Posts Tagged ‘asthma’

Today’s research shows that some respiratory illnesses in cats, previously believed to be feline asthma or bronchitis may actually be Heartworm Associated Respiratory Disease (HARD).

Heartworm larvae (immature worms) — spread through the bite of a mosquito — migrate to the cat’s lungs where they produce inflammation, leading to breathing difficulties.

Interestingly, dying larvae can also cause inflammation. A few larvae may grow to adulthood, but the death of adult heartworms can produce an inflammatory response so severe that it can cause sudden death in a cat.

KnowHeartworms.org has identified 13 signs that may indicate the presence of heartworms in a cat:

  • anorexia
  • blindness
  • collapse
  • convulsions
  • coughing
  • diarrhea
  • difficulty breathing
  • fainting
  • lethargy
  • rapid heart rate
  • sudden death
  • vomiting
  • weight loss

Other health problems (including kidney disease, Feline Leukemia, hyperthyroidism, and diabetes, among others) may cause some of the same symptoms listed above.

Adding to the confusion is the fact that heartworm disease is difficult to diagnose in cats — as compared to dogs, in which a simple blood test can detect the presence of worms.

And as previously mentioned, heartworm disease in cats is not curable.

However, heartworm disease and HARD are preventable, through the use of products like Revolution. The best time to start your cat on Revolution is before it develops symptoms of HARD

Healthy Dose of Savings 004

Revolution is designed to be safe for use in cats that may already be infected with heartworms, and it can prevent further infections. Revolution also protects cats from fleas, roundworms, hookworms, and ear mites.

If your cat is currently on a flea-only treatment, it is easy to switch to Revolution – just ask!

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Originally posted on April 18, 2013.

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New research shows that some respiratory illnesses in cats, previously believed to be feline asthma or bronchitis may actually be Heartworm Associated Respiratory Disease (HARD).

Heartworm larvae (immature worms) — spread through the bite of a mosquito — migrate to the cat’s lungs where they produce inflammation, leading to breathing difficulties.

Interestingly, dying larvae can also cause inflammation. A few larvae may grow to adulthood, but the death of adult heartworms can produce an inflammatory response so severe that it can cause sudden death in a cat.

KnowHeartworms.org has identified 13 signs that may indicate the presence of heartworms in a cat:

  • anorexia
  • blindness
  • collapse
  • convulsions
  • coughing
  • diarrhea
  • difficulty breathing
  • fainting
  • lethargy
  • rapid heart rate
  • sudden death
  • vomiting
  • weight loss

Other health problems (including kidney disease, Feline Leukemia, hyperthyroidism, and diabetes, among others) may cause some of the same symptoms listed above.

Adding to the confusion is the fact that heartworm disease is difficult to diagnose in cats — as compared to dogs, in which a simple blood test can detect the presence of worms.

And as previously mentioned, heartworm disease in cats is not curable.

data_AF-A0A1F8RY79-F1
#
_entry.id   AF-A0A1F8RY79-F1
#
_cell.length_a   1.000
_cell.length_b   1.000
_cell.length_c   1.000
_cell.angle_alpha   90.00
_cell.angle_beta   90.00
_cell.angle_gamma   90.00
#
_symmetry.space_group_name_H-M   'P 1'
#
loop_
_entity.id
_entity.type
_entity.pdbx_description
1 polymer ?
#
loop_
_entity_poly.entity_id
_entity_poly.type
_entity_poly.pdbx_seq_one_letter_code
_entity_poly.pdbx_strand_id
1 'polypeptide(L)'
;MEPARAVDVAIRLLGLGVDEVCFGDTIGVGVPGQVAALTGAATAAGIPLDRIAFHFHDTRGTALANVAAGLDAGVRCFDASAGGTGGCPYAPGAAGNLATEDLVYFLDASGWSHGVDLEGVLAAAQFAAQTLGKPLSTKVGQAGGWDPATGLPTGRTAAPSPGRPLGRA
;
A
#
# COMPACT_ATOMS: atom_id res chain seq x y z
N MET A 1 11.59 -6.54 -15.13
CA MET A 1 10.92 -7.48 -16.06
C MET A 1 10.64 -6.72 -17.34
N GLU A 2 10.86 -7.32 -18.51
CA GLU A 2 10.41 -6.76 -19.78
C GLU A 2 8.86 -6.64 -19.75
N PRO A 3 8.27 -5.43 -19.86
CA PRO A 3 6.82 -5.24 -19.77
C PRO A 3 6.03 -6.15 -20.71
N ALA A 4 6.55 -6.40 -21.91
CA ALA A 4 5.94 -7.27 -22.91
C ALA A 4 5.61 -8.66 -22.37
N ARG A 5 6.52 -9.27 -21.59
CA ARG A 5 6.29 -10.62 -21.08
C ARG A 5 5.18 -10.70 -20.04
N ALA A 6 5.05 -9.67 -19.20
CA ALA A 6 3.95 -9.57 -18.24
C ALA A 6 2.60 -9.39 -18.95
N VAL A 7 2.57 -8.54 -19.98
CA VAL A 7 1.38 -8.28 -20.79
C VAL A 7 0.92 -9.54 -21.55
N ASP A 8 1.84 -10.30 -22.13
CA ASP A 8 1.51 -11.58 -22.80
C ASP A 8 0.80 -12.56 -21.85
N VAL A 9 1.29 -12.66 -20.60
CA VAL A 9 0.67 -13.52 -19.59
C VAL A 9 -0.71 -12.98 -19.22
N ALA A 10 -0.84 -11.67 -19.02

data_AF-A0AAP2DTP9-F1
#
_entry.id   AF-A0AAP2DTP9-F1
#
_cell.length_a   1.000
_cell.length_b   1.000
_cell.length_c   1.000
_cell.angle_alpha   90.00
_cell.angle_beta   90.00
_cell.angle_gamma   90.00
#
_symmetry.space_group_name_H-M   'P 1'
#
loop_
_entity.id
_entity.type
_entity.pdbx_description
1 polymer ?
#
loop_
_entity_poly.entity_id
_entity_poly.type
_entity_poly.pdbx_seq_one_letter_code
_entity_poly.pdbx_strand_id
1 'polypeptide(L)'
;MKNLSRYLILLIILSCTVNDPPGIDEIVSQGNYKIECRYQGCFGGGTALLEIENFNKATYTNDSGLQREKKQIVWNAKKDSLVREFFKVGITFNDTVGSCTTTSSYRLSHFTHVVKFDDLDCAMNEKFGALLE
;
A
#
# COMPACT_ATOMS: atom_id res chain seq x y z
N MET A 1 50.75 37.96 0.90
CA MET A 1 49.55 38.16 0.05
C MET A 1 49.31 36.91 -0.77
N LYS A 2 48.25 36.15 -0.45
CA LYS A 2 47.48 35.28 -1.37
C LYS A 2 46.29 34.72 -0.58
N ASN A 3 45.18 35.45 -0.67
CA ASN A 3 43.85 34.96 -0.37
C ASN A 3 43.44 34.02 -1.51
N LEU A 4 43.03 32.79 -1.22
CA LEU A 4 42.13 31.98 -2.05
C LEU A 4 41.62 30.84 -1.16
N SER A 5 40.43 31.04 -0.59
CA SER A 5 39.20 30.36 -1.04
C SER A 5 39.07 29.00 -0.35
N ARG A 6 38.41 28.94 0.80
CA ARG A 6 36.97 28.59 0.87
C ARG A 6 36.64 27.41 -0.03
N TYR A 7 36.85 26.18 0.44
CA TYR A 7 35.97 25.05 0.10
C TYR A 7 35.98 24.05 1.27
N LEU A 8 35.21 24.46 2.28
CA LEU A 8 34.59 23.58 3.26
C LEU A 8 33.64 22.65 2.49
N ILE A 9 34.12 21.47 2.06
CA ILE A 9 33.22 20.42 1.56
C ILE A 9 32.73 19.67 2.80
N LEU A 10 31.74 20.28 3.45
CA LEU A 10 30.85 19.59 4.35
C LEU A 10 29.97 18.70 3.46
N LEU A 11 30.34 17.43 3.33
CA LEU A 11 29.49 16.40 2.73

However, heartworm disease and HARD are preventable, through the use of products like Revolution. The best time to start your cat on Revolution is before it develops symptoms of HARD

Healthy Dose of Savings 004

Revolution is designed to be safe for use in cats that may already be infected with heartworms, and it can prevent further infections. Revolution also protects cats from fleas, roundworms, hookworms, and ear mites.

If your cat is currently on a flea-only treatment, it is easy to switch to Revolution – just ask!

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     The staff at Animal Allergy and Dermatology sent along the following letter regarding pollens and allergies.   This website discusses the reasons behind the ranking.

     Virginia is #1:  Congratulations!

     This is a rather dubious distinction.  Richmond has been named the top asthma city for two years in a row!  Virginia Beach was not far behind at number 8.  Many other cities in the Mid Atlantic / Southern USA made the list as well.  We are “blessed” with a temperate climate but it is conducive to high pollen counts for many months out of the year.

     Intuitively, one would think that cities in Florida would have higher pollen counts.  Many of those pollens, however, are so large that they are insect borne rather than windborne.  Their larger size means that they are less likely to be suspended in the air or pass through a body’s barriers and interact with the immune system. 

     After tree pollen season, grass pollens will begin to peak and continue through the late summer when weeds become problematic.  Their pollen will persist until a hard freeze.

     As always, mold is an issue but their spores can be particularly problematic after periods of rain and as the leaves fall from the trees in autumn into the winter until we have snow cover.  Like humans with allergies, medical therapy is often beneficial.  Allergen specific immunotherapy (ASIT), however, has been shown to be the only modality that can result in a permanent change for the better in the course of the disease.  Studies in humans and our experience in animals has shown that early intervention is associated with a higher success rate.

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Remember, many of the allergens that affect humans will affect our pets, also.  Allergies can actually worsen in the autumn, as mentioned above.  Pets often exhibit dermatitis, although some will have sinusitis or even asthma-like symptoms.  To lessen exposure, wipe your pet’s coat with a damp cloth after it’s been outdoors, to remove pollen spores.  ~~  Jen

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